New Faces in an Old Town
A Discussion of Immigration to Alexandria at The Lyceum, September 28
Contact: Audrey Davis, Program Chair
Alexandria began as a tiny port town on a wide spot in the Potomac River, founded by a small group of local farmers, Scottish tobacco buyers, and their African slaves. Two and a half centuries later, it’s a city of more than 148,000 people, with nearly 30% of those people born outside of the United States, and over 100 native languages spoken among its’ school children.
Much of this change occurred in the 20th century, and Professor Krystyn Moon has studied its impact in the Arlandria neighborhood of Alexandria. An associate professor of history and director of American Studies at Mary Washington University, Dr. Moon presents Making Arlandria Home: The Changing Face(s) of an Alexandria Neighborhood, 1960’s-1980’s at The Lyceum on September 28 for the Alexandria Historical Society.
The breakdown of structural racism combined with American Cold War policies created major demographic changes in Alexandria by the mid-to-late 20th century. One neighborhood in particular — Arlandria — saw multiple changes, shifting from mostly white-only housing to becoming home to immigrants from all over the world. This talk explores the forces that led to these population shifts, their impact on Alexandria, and the experiences of immigrants who made Arlandria their home from the 1960’s through the 1980’s.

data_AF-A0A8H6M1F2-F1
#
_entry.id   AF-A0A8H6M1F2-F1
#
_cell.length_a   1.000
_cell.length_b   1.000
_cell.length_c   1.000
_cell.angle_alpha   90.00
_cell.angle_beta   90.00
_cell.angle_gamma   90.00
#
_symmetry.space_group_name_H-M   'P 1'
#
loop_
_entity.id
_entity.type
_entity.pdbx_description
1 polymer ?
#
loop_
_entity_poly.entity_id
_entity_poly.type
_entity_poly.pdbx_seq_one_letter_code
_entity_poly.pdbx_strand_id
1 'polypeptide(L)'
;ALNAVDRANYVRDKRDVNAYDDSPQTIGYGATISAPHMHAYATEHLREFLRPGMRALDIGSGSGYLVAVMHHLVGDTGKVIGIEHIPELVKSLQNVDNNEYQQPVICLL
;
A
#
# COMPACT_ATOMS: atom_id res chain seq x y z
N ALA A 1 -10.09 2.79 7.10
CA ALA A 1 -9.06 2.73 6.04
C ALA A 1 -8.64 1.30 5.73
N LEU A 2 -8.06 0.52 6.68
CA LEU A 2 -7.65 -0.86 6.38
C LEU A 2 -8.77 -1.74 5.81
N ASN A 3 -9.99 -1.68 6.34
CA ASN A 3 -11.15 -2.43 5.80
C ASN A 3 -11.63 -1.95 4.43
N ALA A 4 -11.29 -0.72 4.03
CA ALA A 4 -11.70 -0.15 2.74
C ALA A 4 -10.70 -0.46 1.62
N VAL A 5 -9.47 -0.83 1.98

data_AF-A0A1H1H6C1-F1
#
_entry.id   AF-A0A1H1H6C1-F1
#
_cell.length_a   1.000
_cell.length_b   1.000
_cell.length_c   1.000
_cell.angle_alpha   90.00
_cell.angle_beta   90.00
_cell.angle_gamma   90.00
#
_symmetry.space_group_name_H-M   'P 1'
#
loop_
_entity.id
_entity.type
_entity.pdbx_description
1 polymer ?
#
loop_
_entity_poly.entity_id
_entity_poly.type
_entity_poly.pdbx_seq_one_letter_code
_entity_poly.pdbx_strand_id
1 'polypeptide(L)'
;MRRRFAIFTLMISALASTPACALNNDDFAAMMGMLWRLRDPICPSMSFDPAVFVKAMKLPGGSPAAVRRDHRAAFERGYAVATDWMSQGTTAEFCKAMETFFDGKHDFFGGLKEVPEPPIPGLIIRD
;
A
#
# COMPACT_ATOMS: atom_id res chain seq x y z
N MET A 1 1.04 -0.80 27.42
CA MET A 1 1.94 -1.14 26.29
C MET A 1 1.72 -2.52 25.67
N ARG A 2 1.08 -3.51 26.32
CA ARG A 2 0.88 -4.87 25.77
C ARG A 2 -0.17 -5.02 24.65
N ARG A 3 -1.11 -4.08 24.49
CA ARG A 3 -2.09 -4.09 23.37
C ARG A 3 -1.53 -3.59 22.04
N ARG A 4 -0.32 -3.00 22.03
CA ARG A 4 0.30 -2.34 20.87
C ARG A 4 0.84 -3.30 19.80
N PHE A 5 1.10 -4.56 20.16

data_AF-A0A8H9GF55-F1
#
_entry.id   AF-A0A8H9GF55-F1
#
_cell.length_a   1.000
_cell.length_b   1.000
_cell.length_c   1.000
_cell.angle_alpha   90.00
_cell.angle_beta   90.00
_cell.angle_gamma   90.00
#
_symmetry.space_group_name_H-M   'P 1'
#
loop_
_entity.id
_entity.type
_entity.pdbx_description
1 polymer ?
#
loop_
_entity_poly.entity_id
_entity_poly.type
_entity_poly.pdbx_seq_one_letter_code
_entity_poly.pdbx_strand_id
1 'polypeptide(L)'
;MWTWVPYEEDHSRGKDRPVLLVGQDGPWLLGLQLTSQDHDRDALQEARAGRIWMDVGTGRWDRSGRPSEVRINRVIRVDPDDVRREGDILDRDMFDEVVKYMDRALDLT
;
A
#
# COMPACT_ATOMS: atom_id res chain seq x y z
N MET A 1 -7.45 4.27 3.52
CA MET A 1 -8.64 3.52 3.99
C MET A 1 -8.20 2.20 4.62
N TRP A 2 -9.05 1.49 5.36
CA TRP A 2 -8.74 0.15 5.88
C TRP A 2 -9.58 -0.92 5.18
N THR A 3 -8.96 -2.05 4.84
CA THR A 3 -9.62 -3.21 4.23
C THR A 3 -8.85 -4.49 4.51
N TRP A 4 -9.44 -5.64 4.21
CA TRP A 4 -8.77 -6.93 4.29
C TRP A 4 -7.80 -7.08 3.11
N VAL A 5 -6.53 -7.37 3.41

Making Arlandria Home: The Changing Face(s) of an Alexandria Neighborhood, 1960’s-1980’s will take place on Wednesday night, September 28 at 7:30 p.m.; doors open at 7:00 p.m. The program is free for Alexandria Historical Society members, and there is a nominal charge of $5 per person for non-members. A membership table on-site will give people a chance to join the Society that night. Parking is extremely limited at The Lyceum, but there are garages and street parking nearby. To learn more about the Alexandria Historical Society, visit https://alexandriahistoricalsociety.wildapricot.org/